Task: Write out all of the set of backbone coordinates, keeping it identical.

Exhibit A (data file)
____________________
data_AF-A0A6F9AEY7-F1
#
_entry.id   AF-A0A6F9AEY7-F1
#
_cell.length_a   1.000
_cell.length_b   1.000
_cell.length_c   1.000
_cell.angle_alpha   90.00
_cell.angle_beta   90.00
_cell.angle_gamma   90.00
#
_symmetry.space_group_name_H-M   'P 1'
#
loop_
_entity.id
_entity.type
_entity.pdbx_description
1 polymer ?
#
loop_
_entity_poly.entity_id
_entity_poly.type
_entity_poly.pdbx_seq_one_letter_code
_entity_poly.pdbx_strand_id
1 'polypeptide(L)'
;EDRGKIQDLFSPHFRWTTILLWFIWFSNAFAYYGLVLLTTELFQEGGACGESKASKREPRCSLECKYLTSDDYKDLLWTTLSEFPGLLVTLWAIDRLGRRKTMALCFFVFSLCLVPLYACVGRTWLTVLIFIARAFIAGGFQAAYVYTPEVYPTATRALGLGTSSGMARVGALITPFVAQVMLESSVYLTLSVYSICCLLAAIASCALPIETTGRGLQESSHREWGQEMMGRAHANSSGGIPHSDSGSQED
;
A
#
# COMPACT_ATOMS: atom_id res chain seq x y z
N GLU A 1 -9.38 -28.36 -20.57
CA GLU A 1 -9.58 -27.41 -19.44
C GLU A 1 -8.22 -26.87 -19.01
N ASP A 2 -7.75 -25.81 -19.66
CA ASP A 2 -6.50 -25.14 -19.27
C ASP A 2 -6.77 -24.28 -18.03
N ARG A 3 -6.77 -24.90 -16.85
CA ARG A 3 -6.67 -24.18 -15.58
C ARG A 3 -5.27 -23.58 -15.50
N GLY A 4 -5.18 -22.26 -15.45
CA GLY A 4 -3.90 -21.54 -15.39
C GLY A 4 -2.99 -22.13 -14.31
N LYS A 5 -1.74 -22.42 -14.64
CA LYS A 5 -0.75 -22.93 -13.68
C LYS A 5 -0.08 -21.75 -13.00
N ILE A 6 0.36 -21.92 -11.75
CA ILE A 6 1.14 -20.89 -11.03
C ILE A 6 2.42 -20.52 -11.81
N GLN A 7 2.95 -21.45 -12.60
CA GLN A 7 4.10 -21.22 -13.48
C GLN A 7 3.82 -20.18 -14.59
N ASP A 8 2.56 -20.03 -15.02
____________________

data_AF-A0A6F9AEY7-F1
#
_entry.id   AF-A0A6F9AEY7-F1
#
_cell.length_a   1.000
_cell.length_b   1.000
_cell.length_c   1.000
_cell.angle_alpha   90.00
_cell.angle_beta   90.00
_cell.angle_gamma   90.00
#
_symmetry.space_group_name_H-M   'P 1'
#
loop_
_entity.id
_entity.type
_entity.pdbx_description
1 polymer ?
#
loop_
_entity_poly.entity_id
_entity_poly.type
_entity_poly.pdbx_seq_one_letter_code
_entity_poly.pdbx_strand_id
1 'polypeptide(L)'
;EDRGKIQDLFSPHFRWTTILLWFIWFSNAFAYYGLVLLTTELFQEGGACGESKASKREPRCSLECKYLTSDDYKDLLWTTLSEFPGLLVTLWAIDRLGRRKTMALCFFVFSLCLVPLYACVGRTWLTVLIFIARAFIAGGFQAAYVYTPEVYPTATRALGLGTSSGMARVGALITPFVAQVMLESSVYLTLSVYSICCLLAAIASCALPIETTGRGLQESSHREWGQEMMGRAHANSSGGIPHSDSGSQED
;
A
#
# COMPACT_ATOMS: atom_id res chain seq x y z
N GLU A 1 -9.38 -28.36 -20.57
CA GLU A 1 -9.58 -27.41 -19.44
C GLU A 1 -8.22 -26.87 -19.01
N ASP A 2 -7.75 -25.81 -19.66
CA ASP A 2 -6.50 -25.14 -19.27
C ASP A 2 -6.77 -24.28 -18.03
N ARG A 3 -6.77 -24.90 -16.85
CA ARG A 3 -6.67 -24.18 -15.58
C ARG A 3 -5.27 -23.58 -15.50
N GLY A 4 -5.18 -22.26 -15.45
CA GLY A 4 -3.90 -21.54 -15.39
C GLY A 4 -2.99 -22.13 -14.31
N LYS A 5 -1.74 -22.42 -14.64
CA LYS A 5 -0.75 -22.93 -13.68
C LYS A 5 -0.08 -21.75 -13.00
N ILE A 6 0.36 -21.92 -11.75
CA ILE A 6 1.14 -20.89 -11.03
C ILE A 6 2.42 -20.52 -11.81
N GLN A 7 2.95 -21.45 -12.60
CA GLN A 7 4.10 -21.22 -13.48
C GLN A 7 3.82 -20.18 -14.59
N ASP A 8 2.56 -20.03 -15.02